Stack Overflow is a community of 4.7 million programmers, just like you, helping each other.

Join them; it only takes a minute:

Sign up
Join the Stack Overflow community to:
  1. Ask programming questions
  2. Answer and help your peers
  3. Get recognized for your expertise

I stumbled on a strange compilation problem. I want to process a list of strings, using std::for_each. The following simplified code illustrates the problem :

# include <list>
# include <string>
# include <algorithm>

using namespace std ;

void f(wstring & str)
{
    // process str here
}

void g(wstring & str, int dummy = 0)
{
    // process str here, same as f, just added a second default dummy argument
}

int main(int, char*[])
{
    list<wstring> text ;

    text.push_back(L"foo") ;
    text.push_back(L"bar") ;

    for_each(text.begin(), text.end(), f) ;  // OK, fine :)
    for_each(text.begin(), text.end(), g) ;  // Compilation error, complains about 
                     // g taking 2 arguments, but called within std::for_each
                     // with only one argument. 

    // ...
    return 0 ;
}    

I tested using MinGW 4.5.2 and MSVC10, both reported the same error message. Originally, I wanted to use boost::algorithm::trim as a processing function passed to std::for_each, but I found that it takes two arguments, the first being mandatory (the string to process) and the second one is optional (a locale providing a definition for space chars).

Is there any way to keep things clean when using std::for_each(and other standard algorithms) when having functions or methods with default arguments ? I found a way to make it work, but it is no more clear and easily understandable, so a for loop begins to seem easier ...

# include <list>    
# include <string>
# include <algorithm>
# include <boost/bind.hpp>
# include <boost/algorithm/string.hpp>

using namespace std ;
using namespace boost ;

// ... somewhere inside main
list<wstring> text ;
for_each(text.begin(), text.end(), bind(algorithm::trim<wstring>, _1, locale()) ;
// One must deal with default arguments ...
// for_each(text.begin(), text.end(), algorithm::trim<wstring>) would be a real pleasure

Thanks for any help !

Note : I just started learning English, sorry for mistakes :)

share|improve this question
    
I think that it simply doesn't work this way for functors. Remove the dummy argument. – PreferenceBean Jul 4 '11 at 11:49
    
The dummy argument I've added to g was to demonstrate the strange behaviour of std::for_each. Calling g with some wstring str like g(str) works like a charm, but not inside std::for_each. In my case, using boost::algorithm::trim directly as a functor is impossible without tricks, because of its second argument being optional (an std::locale) – overcoder Jul 4 '11 at 11:54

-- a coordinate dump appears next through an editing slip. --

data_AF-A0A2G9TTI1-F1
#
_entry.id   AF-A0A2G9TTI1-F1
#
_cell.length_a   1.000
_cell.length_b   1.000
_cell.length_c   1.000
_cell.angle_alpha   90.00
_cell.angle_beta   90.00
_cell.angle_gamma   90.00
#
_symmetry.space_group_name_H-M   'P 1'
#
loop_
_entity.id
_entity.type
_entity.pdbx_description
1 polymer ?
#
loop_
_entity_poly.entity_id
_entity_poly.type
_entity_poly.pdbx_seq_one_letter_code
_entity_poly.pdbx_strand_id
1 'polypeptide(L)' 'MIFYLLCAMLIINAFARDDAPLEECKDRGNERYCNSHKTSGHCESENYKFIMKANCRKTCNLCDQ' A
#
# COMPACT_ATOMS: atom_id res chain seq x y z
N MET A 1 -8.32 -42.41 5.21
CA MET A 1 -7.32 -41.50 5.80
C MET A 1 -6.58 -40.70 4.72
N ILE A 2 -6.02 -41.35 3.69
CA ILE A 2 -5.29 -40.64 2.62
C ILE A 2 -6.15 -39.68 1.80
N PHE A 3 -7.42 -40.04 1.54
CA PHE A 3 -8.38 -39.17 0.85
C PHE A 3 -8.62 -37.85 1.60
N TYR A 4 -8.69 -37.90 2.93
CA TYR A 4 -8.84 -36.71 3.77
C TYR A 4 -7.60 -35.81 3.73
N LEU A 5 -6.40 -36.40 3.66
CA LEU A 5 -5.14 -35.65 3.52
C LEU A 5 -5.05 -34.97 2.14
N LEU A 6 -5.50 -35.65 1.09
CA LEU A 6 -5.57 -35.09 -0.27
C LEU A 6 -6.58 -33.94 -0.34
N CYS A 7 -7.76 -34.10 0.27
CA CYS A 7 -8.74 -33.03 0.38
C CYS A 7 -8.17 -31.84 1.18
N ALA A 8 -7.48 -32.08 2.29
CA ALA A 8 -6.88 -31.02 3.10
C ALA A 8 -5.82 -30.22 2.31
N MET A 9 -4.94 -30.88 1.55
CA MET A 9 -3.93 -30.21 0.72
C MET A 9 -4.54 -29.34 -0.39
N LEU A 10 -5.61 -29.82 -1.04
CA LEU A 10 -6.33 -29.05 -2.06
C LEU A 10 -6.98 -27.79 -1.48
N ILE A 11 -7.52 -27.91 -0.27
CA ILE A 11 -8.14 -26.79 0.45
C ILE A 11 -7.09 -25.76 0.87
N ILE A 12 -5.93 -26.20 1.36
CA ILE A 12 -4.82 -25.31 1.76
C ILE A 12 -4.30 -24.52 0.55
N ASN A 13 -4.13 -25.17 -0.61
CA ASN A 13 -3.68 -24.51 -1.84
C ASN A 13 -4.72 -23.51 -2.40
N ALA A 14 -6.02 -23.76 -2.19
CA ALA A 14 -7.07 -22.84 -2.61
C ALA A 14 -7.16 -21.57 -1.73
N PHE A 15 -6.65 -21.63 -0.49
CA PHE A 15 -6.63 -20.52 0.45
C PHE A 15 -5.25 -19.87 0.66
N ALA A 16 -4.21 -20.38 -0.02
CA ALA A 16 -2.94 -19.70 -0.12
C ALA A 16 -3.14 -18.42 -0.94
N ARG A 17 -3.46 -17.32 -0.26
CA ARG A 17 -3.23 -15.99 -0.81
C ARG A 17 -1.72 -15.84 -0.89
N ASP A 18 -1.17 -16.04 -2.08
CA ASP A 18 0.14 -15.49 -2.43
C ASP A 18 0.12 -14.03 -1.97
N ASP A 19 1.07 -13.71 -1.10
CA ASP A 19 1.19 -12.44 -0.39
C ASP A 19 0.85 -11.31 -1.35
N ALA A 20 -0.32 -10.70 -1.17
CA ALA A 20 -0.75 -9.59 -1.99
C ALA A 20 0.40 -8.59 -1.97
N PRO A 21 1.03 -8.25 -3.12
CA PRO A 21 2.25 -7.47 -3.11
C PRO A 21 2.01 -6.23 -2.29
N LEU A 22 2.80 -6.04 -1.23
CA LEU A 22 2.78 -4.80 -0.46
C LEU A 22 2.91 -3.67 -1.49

2  
@Overcoder: that's because g(str) immediately becomes g(str, 0) -- the default argument is just code generation sugar. – Kerrek SB Jul 4 '11 at 11:56
    
That's what I expected from the code, but it isn't the case. Here's what MinGW reported : d:\development\tools\mingw32\bin\../lib/gcc/mingw32/4.5.2/include/c++/bits/stl_a‌​lgo.h:4185:2: error: too few arguments to function – overcoder Jul 4 '11 at 12:02
    
@overcoder: It's not "strange". – PreferenceBean Jul 4 '11 at 12:11
up vote 6 down vote accepted

Default arguments are just a code-generation tool and not part of the function signature, so you can't really get around that. You could wrap your function in a function object, but that's precisely what bind already does for you.

However, in C++0x you can conveniently store the result (and use std::bind) to maybe make the code a bit more readable:

auto trimmer = std::bind(boost::algorithm::trim<std::wstring>, std::placeholders::_1, std::locale());

std::for_each(text.begin(), text.end(), trimmer);

(The reason you don't want to do that in C++98/03 is that the return type of bind is something rather unsightly, and you wouldn't be doing anyone a favour by spelling it out.)

Alternatively, again in C++0x, you could use a lambda:

std::for_each(text.begin(), text.end(), [](std::wstring & s){ boost::algorithm::trim<std::wstring>(s); });
share|improve this answer
2  
Also, if you stuck with current standard, take a look at bind2nd (indeed it has some requirements for functors - your g should be struct inherited from binary_function) – cybevnm Jul 4 '11 at 11:57
    
@vnm: yes, good point, one less boost dependency: std::for_each(..., ..., std::bind2nd(boost::algorithm::trim<std::wstring>, std::locale()));. – Kerrek SB Jul 4 '11 at 12:00
1  
Thanks ! I'll see if I can enable C++0x for my current project. Lambdas seem more convenient. – overcoder Jul 4 '11 at 12:00
    
@Overcoder: Up to you -- the binding syntax isn't really that terrible, it's just a matter of taste. It wouldn't be the end of the world to have this one line in there, it's still pretty self-explanatory code... – Kerrek SB Jul 4 '11 at 12:01

Your Answer

 
discard

By posting your answer, you agree to the privacy policy and terms of service.

Not the answer you're looking for? Browse other questions tagged or ask your own question.